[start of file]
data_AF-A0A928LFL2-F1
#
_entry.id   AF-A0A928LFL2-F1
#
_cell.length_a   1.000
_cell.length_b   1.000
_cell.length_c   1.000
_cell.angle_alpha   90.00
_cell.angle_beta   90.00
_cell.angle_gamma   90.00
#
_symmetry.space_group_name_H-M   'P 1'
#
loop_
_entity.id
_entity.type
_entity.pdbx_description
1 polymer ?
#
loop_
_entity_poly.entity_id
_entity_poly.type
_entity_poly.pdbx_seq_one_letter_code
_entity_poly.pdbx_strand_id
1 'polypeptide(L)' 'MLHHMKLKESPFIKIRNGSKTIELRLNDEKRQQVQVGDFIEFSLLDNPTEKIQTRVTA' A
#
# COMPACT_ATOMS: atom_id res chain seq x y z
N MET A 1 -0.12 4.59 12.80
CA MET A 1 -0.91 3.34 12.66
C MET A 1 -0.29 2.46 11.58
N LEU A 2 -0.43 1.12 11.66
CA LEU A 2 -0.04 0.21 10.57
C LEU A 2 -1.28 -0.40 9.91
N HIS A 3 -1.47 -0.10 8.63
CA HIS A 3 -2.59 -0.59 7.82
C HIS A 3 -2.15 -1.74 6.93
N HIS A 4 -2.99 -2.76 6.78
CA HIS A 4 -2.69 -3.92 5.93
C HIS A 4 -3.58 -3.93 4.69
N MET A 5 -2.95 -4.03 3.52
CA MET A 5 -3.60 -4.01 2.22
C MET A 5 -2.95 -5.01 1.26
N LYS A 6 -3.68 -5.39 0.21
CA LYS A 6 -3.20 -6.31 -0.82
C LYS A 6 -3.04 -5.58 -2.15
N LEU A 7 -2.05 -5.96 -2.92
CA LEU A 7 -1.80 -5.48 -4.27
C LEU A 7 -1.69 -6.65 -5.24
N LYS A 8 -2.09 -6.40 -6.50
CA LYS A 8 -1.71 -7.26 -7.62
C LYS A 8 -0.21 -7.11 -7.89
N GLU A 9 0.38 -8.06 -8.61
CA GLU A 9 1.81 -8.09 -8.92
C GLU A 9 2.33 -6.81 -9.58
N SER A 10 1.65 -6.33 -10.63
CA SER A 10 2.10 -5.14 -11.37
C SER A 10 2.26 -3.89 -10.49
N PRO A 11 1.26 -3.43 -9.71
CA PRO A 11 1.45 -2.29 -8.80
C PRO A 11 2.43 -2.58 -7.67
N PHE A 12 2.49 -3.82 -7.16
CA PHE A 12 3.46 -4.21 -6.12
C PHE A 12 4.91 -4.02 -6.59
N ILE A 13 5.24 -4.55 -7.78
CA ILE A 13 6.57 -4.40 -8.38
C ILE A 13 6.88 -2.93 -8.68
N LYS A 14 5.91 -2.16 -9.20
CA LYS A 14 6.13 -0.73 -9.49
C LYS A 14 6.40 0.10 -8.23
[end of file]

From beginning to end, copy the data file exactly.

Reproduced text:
data_AF-A0A928LFL2-F1
#
_entry.id   AF-A0A928LFL2-F1
#
_cell.length_a   1.000
_cell.length_b   1.000
_cell.length_c   1.000
_cell.angle_alpha   90.00
_cell.angle_beta   90.00
_cell.angle_gamma   90.00
#
_symmetry.space_group_name_H-M   'P 1'
#
loop_
_entity.id
_entity.type
_entity.pdbx_description
1 polymer ?
#
loop_
_entity_poly.entity_id
_entity_poly.type
_entity_poly.pdbx_seq_one_letter_code
_entity_poly.pdbx_strand_id
1 'polypeptide(L)' 'MLHHMKLKESPFIKIRNGSKTIELRLNDEKRQQVQVGDFIEFSLLDNPTEKIQTRVTA' A
#
# COMPACT_ATOMS: atom_id res chain seq x y z
N MET A 1 -0.12 4.59 12.80
CA MET A 1 -0.91 3.34 12.66
C MET A 1 -0.29 2.46 11.58
N LEU A 2 -0.43 1.12 11.66
CA LEU A 2 -0.04 0.21 10.57
C LEU A 2 -1.28 -0.40 9.91
N HIS A 3 -1.47 -0.10 8.63
CA HIS A 3 -2.59 -0.59 7.82
C HIS A 3 -2.15 -1.74 6.93
N HIS A 4 -2.99 -2.76 6.78
CA HIS A 4 -2.69 -3.92 5.93
C HIS A 4 -3.58 -3.93 4.69
N MET A 5 -2.95 -4.03 3.52
CA MET A 5 -3.60 -4.01 2.22
C MET A 5 -2.95 -5.01 1.26
N LYS A 6 -3.68 -5.39 0.21
CA LYS A 6 -3.20 -6.31 -0.82
C LYS A 6 -3.04 -5.58 -2.15
N LEU A 7 -2.05 -5.96 -2.92
CA LEU A 7 -1.80 -5.48 -4.27
C LEU A 7 -1.69 -6.65 -5.24
N LYS A 8 -2.09 -6.40 -6.50
CA LYS A 8 -1.71 -7.26 -7.62
C LYS A 8 -0.21 -7.11 -7.89
N GLU A 9 0.38 -8.06 -8.61
CA GLU A 9 1.81 -8.09 -8.92
C GLU A 9 2.33 -6.81 -9.58
N SER A 10 1.65 -6.33 -10.63
CA SER A 10 2.10 -5.14 -11.37
C SER A 10 2.26 -3.89 -10.49
N PRO A 11 1.26 -3.43 -9.71
CA PRO A 11 1.45 -2.29 -8.80
C PRO A 11 2.43 -2.58 -7.67
N PHE A 12 2.49 -3.82 -7.16
CA PHE A 12 3.46 -4.21 -6.12
C PHE A 12 4.91 -4.02 -6.59
N ILE A 13 5.24 -4.55 -7.78
CA ILE A 13 6.57 -4.40 -8.38
C ILE A 13 6.88 -2.93 -8.68
N LYS A 14 5.91 -2.16 -9.20
CA LYS A 14 6.13 -0.73 -9.49
C LYS A 14 6.40 0.10 -8.23